In another blow to the fading promises of industrial monoculture and biotech spokesmen, a recent study in the journal Environmental Science and Technology finds that sustainable agriculture increased yields by an average of 79% over four years.
Global comparative forest research on climate change, adaptation, production forests, indigenous groups, REDD, dry forests,food security, illegal logging, deforestation, small holder and community groups, forest governance, trade and conservation,...
A new report from the CGIAR Research Program on Climate Change, Agriculture and Food Security (CCAFS) urges farmers, governments and donors to embrace adaptation strategies despite a lack of certainty in climate predictions.
IFC, a member of the World Bank Group, aims to reach one million smallholder farmers in Africa by promoting sustainable agriculture and agribusiness practices, a goal it today while hosting a conference in Nairobi which brought together the private...
JAKARTA – Putting climate change in the context of rural agriculture. Packaging and selling story ideas to editors. Translating policy into stories that affect daily lives. Discussing the need for better understanding of climate ...
George William Ouma practices climate-smart agriculture on a farm in Ugunja District, Siaya County: "Today, I have more than 1 500 banana stools of various varieties grown including Cavendish, plantain and lady finger.
A recently released Climate Smart Agriculture Sourcebook brings forward the need to create, and strengthen institutions in order for farmers to successfully improve their livelihoods and yields. Photo: N.
A recent paper published in Nature Climate Change points out that many communities are already facing limits to their capacity to adapt. They suggest the development of a framework to define and identify these limits, both for individuals and for communities.
One of the paper’s six authors, Richard Klein, a senior researcher at the Stockholm Environment Institute and an author of the Intergovernmental Panel on Climate Change reports, explained in an email to IRIN, "For example, a farmer may no longer be able to grow enough food to sustain his or her family (e.g., due to saltwater intrusion or recurring droughts) and decide to give up farming and move to the city to become an informal worker. On the one hand, that's a form of adaptation, but from the perspective of the farmer, who would have preferred to keep farming, a limit has been reached. But from the perspective of the community or the country, food security may not be at risk so no limit has been reached.”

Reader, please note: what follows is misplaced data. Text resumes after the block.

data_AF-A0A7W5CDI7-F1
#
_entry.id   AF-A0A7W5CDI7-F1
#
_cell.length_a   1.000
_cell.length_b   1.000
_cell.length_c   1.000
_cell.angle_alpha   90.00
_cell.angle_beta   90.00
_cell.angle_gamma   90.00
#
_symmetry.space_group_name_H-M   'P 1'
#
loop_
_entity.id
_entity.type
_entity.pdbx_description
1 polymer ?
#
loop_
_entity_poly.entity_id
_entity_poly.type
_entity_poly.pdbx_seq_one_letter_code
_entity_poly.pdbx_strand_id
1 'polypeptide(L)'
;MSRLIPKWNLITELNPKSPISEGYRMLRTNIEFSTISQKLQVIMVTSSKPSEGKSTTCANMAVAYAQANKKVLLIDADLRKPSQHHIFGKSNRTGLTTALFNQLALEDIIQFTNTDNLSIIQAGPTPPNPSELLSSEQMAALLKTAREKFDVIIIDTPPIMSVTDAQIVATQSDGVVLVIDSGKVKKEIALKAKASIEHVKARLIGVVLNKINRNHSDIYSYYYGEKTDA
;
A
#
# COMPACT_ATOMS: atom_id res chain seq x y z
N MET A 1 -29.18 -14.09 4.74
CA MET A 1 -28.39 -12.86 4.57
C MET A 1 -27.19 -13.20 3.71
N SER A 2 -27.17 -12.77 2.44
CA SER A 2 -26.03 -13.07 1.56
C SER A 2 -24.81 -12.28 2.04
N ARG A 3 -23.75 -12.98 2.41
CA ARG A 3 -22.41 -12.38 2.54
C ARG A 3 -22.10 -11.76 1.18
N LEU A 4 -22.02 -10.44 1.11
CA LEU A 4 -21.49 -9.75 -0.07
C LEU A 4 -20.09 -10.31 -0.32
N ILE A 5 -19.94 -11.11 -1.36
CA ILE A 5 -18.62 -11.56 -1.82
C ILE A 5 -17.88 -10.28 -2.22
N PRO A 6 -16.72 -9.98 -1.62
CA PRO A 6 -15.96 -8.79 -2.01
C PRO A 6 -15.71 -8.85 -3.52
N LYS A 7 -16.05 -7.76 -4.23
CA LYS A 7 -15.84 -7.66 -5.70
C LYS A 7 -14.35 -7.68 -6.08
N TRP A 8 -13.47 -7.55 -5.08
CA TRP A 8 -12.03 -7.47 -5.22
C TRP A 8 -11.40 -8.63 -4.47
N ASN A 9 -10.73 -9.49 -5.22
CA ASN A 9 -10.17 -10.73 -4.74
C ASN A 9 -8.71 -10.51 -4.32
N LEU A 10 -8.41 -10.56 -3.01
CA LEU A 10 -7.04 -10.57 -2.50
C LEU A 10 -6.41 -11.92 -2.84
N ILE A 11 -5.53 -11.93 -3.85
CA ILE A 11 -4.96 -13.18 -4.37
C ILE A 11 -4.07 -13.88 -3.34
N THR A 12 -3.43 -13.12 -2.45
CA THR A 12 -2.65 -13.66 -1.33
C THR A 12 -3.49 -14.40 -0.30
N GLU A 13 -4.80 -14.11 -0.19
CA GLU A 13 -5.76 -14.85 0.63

Re-greening—a process where African farmers manage and protect trees that grow on their farms, rather than cutting them down—is already beginning to transform the continent’s drylands. Supporting and scaling up the low-tech process can not only increase crop yields in drought-prone regions, it can mitigate climate change and reduce rural poverty.
African women walk for miles across harsh terrain to find clean water sources, planting and harvesting crops through scarcity and drought. Climatic disasters, such as floods, hurricanes, and landslides, can separate families, exposing women to human trafficking, hunger, and loss of life in a matter of moments.
Women must be an integral part of the climate change discussion in Africa, says the United Nations Initiative of the Inter-Agency Network on Women and Gender Equality. Yet, women are rarely involved in forming climate change policies.
More than 80 percent of African women work in agriculture; approximately 95 percent of the continent relies on agriculture for its livelihood. Women are thus key figures in economic development, and should be key figures in developing preventative measures or plans for repairing the damage caused by climate change, says the U.N.
According to the U.N. website, it is “imperative that a gender analysis be applied to all actions on climate change and that gender experts are consulted in climate change processes at all levels, so that women’s and men’s specific needs and priorities are identified and addressed.”
BROOKINGS, S.D. — Unlike water erosion, tillage erosion is not strongly affected by slope length. Therefore, in hilly regions that have many changes in slope, tillage erosion can be the dominant erosive force, explains Thomas Schumacher, retired South Dakota State University plant science professor.
UN News Centre Climate change – what next after the 2C boundary? The Guardian This Friday, another frustrating round of negotiations under the United Nations Framework Convention on Climate Change (UNFCCC) ends in Bonn/Germany.